Balance Rating: Mediocre
I can honestly say I’ve never played a game that revolves around roller skating through haunted locations before. This is also only the second Monster High video game and it’s as about as different from the first one as can be. Ghoul Spirit was a fetch quest based RPG and Skultimate Roller Maze is a roller skating racer. While there are LOTS of racing games out there, I can’t think of any that look, feel or have remotely the same theme as this. The closest I can get to is the Walt DisneyWorld Magical Racing Tour cart game for the Sega Dreamcast (My favorite racing game BTW). It has a Haunted Mansion level that captures some of the feel of this, but it’s still wildly different. All in all, there really isn’t anything like Skultimate Roller Maze. It definitely stands out from the pack.
Originality Rating: Good
I have to admit I don’t really like racing games, but I had fun with this. I do wish you could save between races in Race mode as four to six races in a row without stopping is a lot. You can also close your DS and put it into standby mode, but it’s not quite the same thing. It would also help if there was a multiplayer mode as then I could play against my wife or a friend over the internet. Maybe the Wii version will have multiplayer, but Kennedy is reviewing that one so we’ll all have to wait and find out if it does.
I enjoyed testing out characters and playing through all the tracks, but there isn’t a lot to the game after the two hour mark to keep any single player version that interesting. It’s still, fun, but by then you have all the courses memorized, you know what characters to use, and there isn’t the remotest hint of a challenge. Basically after a few hours, you’ve exhausted all there is to do with the DS version. It might still be fun to pick up once in a while for a few minutes, but the game doesn’t have much replay value. At least it’s fun while it lasts I just wished it lasted a while longer.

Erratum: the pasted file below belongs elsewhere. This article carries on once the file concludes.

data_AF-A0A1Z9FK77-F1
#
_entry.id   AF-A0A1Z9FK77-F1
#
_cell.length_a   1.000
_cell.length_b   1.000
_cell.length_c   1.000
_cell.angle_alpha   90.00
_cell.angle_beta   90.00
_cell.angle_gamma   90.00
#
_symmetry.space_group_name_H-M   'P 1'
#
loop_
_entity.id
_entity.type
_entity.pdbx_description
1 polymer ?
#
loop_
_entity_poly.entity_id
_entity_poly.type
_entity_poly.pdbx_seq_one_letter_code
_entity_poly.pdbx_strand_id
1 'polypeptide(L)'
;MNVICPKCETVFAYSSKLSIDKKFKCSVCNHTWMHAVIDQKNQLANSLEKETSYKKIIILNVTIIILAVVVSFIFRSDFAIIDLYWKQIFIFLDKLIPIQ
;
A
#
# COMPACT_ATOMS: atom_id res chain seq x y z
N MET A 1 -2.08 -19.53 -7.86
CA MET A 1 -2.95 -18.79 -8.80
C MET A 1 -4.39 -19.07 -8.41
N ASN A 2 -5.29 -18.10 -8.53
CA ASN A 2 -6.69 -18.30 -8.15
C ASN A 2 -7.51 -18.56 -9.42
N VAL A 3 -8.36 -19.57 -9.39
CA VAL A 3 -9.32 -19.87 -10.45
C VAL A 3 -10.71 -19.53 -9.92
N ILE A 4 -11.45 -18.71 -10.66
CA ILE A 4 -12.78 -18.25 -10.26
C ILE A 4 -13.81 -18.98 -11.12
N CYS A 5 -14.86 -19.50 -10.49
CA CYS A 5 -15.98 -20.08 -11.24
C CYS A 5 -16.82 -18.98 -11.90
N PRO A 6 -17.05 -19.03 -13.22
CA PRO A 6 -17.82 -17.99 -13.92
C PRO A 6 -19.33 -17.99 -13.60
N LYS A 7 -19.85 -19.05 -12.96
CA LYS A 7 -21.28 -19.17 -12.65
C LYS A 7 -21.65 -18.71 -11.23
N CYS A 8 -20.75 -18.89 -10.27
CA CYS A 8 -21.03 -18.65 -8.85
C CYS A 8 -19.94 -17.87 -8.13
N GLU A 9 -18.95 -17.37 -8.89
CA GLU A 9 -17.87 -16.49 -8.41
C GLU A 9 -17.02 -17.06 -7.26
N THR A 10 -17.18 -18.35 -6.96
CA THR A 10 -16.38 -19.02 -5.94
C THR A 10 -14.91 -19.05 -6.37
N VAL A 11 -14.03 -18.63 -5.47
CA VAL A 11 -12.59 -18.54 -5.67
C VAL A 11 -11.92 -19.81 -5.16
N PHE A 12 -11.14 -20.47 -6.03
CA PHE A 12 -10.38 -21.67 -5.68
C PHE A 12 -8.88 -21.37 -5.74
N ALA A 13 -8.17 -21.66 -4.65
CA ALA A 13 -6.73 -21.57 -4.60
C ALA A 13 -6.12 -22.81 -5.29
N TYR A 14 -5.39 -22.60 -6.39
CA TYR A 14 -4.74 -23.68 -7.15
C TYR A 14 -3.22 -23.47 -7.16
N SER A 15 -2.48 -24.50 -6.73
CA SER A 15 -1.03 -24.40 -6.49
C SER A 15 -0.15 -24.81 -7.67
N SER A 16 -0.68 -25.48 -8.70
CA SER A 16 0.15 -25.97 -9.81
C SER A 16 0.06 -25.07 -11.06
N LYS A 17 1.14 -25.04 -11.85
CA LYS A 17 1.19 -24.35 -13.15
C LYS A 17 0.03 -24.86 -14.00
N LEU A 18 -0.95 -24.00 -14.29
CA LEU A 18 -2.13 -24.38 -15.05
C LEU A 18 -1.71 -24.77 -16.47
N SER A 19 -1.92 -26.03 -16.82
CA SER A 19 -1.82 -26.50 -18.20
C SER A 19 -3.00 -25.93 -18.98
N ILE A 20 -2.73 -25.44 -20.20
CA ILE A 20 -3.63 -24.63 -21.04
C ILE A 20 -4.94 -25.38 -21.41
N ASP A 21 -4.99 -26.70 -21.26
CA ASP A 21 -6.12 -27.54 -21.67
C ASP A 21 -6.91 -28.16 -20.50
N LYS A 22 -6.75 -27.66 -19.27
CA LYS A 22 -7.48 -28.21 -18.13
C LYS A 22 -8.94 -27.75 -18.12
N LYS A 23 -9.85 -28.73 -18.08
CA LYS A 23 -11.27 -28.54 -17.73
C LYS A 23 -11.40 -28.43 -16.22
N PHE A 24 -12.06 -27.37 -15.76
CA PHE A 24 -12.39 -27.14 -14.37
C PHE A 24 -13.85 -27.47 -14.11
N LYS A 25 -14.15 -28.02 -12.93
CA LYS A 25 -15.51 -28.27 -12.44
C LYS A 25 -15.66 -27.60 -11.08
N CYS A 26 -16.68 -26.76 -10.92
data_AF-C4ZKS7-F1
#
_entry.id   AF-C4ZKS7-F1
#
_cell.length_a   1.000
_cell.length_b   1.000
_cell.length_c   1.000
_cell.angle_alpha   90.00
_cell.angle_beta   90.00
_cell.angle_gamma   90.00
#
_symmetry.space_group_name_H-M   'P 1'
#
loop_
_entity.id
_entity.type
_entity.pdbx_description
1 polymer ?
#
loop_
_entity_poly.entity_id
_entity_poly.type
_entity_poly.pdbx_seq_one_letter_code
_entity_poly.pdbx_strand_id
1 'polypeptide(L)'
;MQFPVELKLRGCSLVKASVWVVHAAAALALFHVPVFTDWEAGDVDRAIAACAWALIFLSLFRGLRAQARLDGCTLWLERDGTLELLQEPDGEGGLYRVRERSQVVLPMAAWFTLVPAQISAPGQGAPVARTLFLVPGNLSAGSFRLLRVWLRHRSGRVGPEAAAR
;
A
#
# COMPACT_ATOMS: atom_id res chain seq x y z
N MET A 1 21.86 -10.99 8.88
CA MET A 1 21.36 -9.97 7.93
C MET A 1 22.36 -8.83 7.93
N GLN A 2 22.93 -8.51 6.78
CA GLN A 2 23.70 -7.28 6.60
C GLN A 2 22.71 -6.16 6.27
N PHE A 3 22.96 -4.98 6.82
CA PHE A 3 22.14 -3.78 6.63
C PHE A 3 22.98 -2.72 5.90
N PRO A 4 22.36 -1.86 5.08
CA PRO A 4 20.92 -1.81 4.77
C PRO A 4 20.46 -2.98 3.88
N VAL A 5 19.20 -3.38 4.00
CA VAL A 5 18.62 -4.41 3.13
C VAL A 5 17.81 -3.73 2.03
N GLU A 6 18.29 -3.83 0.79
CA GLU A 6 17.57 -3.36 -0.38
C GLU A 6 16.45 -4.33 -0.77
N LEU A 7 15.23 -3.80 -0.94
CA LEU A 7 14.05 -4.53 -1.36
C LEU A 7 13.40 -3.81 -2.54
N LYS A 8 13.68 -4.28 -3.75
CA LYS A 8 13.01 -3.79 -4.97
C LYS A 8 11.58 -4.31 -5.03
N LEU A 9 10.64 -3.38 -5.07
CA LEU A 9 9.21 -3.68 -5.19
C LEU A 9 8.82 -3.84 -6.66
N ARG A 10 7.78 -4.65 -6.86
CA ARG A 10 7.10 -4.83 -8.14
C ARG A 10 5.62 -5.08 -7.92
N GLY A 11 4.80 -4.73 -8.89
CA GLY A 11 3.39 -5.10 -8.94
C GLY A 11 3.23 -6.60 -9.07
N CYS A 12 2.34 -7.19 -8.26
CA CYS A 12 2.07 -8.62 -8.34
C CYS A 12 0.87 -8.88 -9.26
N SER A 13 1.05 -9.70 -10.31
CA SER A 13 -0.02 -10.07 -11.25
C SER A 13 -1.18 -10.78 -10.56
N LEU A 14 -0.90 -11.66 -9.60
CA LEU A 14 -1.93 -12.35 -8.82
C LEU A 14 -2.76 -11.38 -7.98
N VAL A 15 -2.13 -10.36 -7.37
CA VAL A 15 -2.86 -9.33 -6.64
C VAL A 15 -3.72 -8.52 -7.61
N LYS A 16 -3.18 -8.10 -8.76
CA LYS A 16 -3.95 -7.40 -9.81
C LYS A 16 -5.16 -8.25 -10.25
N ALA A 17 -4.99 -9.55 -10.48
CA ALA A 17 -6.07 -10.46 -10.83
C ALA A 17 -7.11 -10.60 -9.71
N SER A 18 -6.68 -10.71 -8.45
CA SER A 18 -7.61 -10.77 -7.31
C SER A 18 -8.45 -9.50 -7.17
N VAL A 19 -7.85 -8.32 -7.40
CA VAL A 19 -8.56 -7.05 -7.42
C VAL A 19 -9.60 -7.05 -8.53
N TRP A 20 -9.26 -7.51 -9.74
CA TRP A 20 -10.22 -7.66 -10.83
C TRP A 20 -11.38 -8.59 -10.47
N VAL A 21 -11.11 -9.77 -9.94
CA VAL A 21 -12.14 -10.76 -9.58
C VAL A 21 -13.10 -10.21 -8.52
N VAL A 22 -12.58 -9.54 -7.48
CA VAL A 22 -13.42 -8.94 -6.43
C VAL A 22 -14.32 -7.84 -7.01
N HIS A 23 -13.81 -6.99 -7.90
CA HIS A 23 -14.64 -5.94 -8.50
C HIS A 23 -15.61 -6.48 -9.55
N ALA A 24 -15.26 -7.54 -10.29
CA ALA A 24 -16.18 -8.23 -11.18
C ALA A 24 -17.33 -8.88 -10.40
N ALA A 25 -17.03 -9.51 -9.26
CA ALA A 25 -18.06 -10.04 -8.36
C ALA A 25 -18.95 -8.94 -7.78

Addictiveness Rating: Mediocre
9. Appeal Factor
Monster High cartoons and dolls are pretty popular, but I’m not sure how much of a crossover audience there is with video game fans. My wife is one, but she really didn’t like Ghoul Spirit and she hates roller derby so she probably won’t care much for Skultimate Roller Maze either. You pretty much have to be a fan of all three things to have your interest piqued by this game. It’s a decently made one to be sure, but the audience is going to be a very niche one. Skultimate Roller Maze IS one of the better DS games released in 2012, so gamers looking for a fix on that system might find a temporary one here, but I think most Monster High fans and gamers alike will want something a little more in-depth that what is presented here. I’d like to see it do well, as it’s cute, fun and has a solid engine behind it, but off the top of my heads, it’s hard to think of too many people that like (or participate in) roller derby that also like Monster High and playing video games (especially handheld ones).
Appeal Factor: Below Average
At the end of the day Monster High: Skultimate Roller Maze is a fun little game, but I can’t help feeling there could be more to it. It doesn’t take long to unlock everything and without multiplayer, the replay value goes south quickly. The A.I. isn’t very difficult and the courses are easy to memorize, so you should have no trouble getting first place regularly. Now again, remember I’m a thirty-five year old guy that has been playing video games all his life and the target audience for Skultimate Roller Maze is young girls, so that demographic may have a harder time with the game and thus get more out of it. They can also pass it around to compare and see who can get the fastest time, even if they can’t play with or against each other. I guess a thumb’s in the middle here as the game IS fun, but there really is a lot more than could have been done with it.
Miscellaneous Rating: Mediocre
Sound: Below Average
Control and Gameplay: Good
Appeal Factor: Below Average
FINAL SCORE: Decent Game!
Short Attention Span Summary
Monster High: Skultimate Roller Maze is a cute little racing game that young fans of the dolls and cartoons can have a lot of fun with. There are several playable characters and race tracks to unlock, but you can do all of that in roughly two hours. The game’s also very easy, although the target audience might find it harder due to inexperience and slower reflexes. The engine is solid and the graphics are quite nice for a DS release. The game could really use multiplayer and it’s shame that it is lacking that, but overall it’s still something the target audience can and will have fun with.